Our Vegetable patch is filled with the lush plant chickweed, an annual flowering plant in the carnation family Caryophyllaceae.

The beauty has self-seeded amongst the carrots and beetroots, this super food is perfect for adding to the morning juice or chopped up as a pot herb to get those essential greens into the diet. A creeping, succulent green invader, famed for being anti-itch and applied for skin irritations. The tiny delicate star-shaped white flowers that develop later in the year are super bright and illuminatory just like her medicine. We’ve been juicing the chickweed and the juice gifts a feeling of lightness and joy – Chickweed, celery, cucumber, dandelion leaves sweetened with a bit of apple or pear is a uplifting cleansing morning juice. Chickweed has an influence on the liver helping to cool irritated hot and angry tissue within this busy organ. It makes an excellent a hangover cure so one of these juices is perfect for the morning after….


This plant was one of the Victorian’s favourite salads, and it is most delicious indeed with a slightly rich green, salty flavour, the earthy succulence, and soft yet crisp textures, go really well in any salad. There is also a pleasant slightly soapy taste which we can attribute to the saponin content! Saponins assist the cells in our body to become more permeable and therefore soak in all the nutrients. Most of all, the chickweed brings that green, green flavour to the table so we know that means nourishment.

Chickweed also has a long history of traditional uses as an emollient for the skin. A herb of the moon, cooling and soothing and possibly most famous for an amazing ability to treat hot, itchy skin conditions swiftly, moon herbs also exert control over the movements of water within the body. Helping cases of eczema, psoriasis, ulcers, boils, and abscesses. In the 1860s and 1870s, herbals published by Shaker communities described how they utilised this herb to treat any inflammations of the eye, as well as acute bacterial skin infections.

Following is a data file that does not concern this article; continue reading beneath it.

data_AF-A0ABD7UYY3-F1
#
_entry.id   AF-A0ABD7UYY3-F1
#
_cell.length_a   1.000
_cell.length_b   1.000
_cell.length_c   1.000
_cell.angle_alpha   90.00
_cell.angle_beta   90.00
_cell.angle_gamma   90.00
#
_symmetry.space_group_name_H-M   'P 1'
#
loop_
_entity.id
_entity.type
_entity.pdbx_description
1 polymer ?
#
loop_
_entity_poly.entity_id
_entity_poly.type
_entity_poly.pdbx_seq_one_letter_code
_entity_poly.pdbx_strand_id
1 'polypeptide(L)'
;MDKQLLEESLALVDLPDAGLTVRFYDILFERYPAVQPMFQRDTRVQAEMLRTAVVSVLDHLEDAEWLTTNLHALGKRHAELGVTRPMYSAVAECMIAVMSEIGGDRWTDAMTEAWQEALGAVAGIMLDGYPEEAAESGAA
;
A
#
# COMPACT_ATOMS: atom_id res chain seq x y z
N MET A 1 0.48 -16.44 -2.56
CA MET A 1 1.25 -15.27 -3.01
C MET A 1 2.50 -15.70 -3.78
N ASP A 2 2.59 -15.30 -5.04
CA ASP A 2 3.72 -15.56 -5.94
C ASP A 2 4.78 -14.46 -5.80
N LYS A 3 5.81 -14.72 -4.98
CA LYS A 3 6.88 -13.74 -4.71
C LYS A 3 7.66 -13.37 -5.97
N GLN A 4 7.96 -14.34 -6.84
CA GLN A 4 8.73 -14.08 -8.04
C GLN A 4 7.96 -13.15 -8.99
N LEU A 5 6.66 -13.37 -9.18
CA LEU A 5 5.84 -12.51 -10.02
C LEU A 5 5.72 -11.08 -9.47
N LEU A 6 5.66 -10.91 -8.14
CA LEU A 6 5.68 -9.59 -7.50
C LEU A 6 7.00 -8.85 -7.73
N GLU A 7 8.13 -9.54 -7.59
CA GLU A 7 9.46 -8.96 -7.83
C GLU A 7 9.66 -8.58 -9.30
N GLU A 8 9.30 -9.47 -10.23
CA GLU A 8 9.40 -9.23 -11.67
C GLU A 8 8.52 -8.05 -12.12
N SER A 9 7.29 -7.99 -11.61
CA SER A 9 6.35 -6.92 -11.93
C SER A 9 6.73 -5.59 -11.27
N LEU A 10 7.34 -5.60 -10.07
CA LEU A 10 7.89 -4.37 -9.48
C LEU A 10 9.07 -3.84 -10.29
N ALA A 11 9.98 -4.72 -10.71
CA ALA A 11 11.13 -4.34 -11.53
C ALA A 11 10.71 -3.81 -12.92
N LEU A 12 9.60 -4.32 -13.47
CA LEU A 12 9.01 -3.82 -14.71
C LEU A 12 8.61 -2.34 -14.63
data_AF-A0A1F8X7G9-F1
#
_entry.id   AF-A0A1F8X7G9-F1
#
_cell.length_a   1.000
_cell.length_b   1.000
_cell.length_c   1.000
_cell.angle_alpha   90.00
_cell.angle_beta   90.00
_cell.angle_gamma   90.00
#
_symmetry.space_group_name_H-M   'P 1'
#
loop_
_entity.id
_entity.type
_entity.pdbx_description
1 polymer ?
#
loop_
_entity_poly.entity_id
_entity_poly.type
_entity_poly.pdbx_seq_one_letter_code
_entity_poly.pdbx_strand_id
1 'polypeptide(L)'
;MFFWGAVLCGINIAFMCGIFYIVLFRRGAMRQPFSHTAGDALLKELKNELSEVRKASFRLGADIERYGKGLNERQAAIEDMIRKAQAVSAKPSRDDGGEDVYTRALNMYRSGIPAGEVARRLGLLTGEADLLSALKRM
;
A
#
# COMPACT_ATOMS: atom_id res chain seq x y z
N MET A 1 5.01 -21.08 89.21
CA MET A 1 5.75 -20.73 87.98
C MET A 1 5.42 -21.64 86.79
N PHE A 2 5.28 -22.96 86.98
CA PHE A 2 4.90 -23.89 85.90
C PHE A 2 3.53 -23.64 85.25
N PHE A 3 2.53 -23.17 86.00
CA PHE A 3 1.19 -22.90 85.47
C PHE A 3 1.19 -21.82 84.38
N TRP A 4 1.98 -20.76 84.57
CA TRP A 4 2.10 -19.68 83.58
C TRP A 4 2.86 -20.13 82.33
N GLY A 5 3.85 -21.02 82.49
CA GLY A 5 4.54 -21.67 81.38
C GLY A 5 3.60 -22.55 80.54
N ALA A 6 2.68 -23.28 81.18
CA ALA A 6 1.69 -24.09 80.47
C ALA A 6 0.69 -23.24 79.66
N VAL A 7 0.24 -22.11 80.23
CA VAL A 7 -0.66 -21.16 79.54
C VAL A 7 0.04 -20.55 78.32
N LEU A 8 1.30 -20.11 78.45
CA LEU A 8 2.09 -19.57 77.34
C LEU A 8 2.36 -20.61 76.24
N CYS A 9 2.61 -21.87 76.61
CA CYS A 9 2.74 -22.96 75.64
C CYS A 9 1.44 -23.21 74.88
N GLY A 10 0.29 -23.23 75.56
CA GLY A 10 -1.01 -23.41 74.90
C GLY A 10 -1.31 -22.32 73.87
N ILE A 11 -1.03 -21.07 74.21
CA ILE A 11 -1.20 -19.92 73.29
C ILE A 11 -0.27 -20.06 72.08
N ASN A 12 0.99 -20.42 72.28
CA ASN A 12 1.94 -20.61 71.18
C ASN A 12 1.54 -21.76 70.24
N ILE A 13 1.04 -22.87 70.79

The herb can be administered through poultices, compresses, baths and through consumption of course! Chickweed tea is wonderful for any pre-menstrual conditions when water retention is an issue as it quickly relieves the bloated heavy feelings that can intensely arrive.   Chickweed can be prescribed for a host of ails from rheumatic to respiratory conditions, especially where excessive mucous is present.⠀ This powerful little herb is classified as an expectorant, mostly to do with its Saponin content we heard about earlier, as the medicine acts upon the bronchi and lungs to promote the expulsion of mucous from the respiratory tract. Due to these qualities, European herbalists have used chickweed successfully in supporting the the treatment of TB, whooping cough, bronchitis and the common cold and flu. 

The acclaimed herbalist Juliette de Bairacli Levy, observed that this plant was employed around the world. She also saw a resemblance between its uses and that of slippery elm: a prized, and also mucilage-rich, digestive and emollient plant.  As such, Bairacli Levy rated chickweed as one of the most valuable weeds in the garden. ⠀ Medicinally, chickweed is classified as a demulcent herb, meaning that it soothes and reduces irritations of the mucous membranes. Demulcents coat, shield, lubricate and soothe inflamed tissue while relieving the pain associated with inflammation. 

A lot of the benefits ascribed to chickweed may simply be the result of its high nutritional value as it is one of the more nutrient-dense weeds readily available for nourishment and medicine. Chickweed contains generous amounts of magnesium, iron, calcium, manganese, phosphorus, potassium, silicon, zinc and sodium. It is also high in vitamin C (ascorbates), bioflavinoids, vitamin A, and some of the B-complex vitamins such as niacin. It also contains gamma-linolenic acid (GLA), an omega-6 fatty acid. What an incredible himble weed a total panacea really!

Much like us, birds and chickens are also known to avidly feed on the seeds and leaves of chickweed hence the name. The ancient Latin name for the herb was Morsus gallinae which means a morsel or bite for hens (truly for the birds ). Now known as Stellaria media in Latin. Stellaria means star – after those cute little white star-shaped flower

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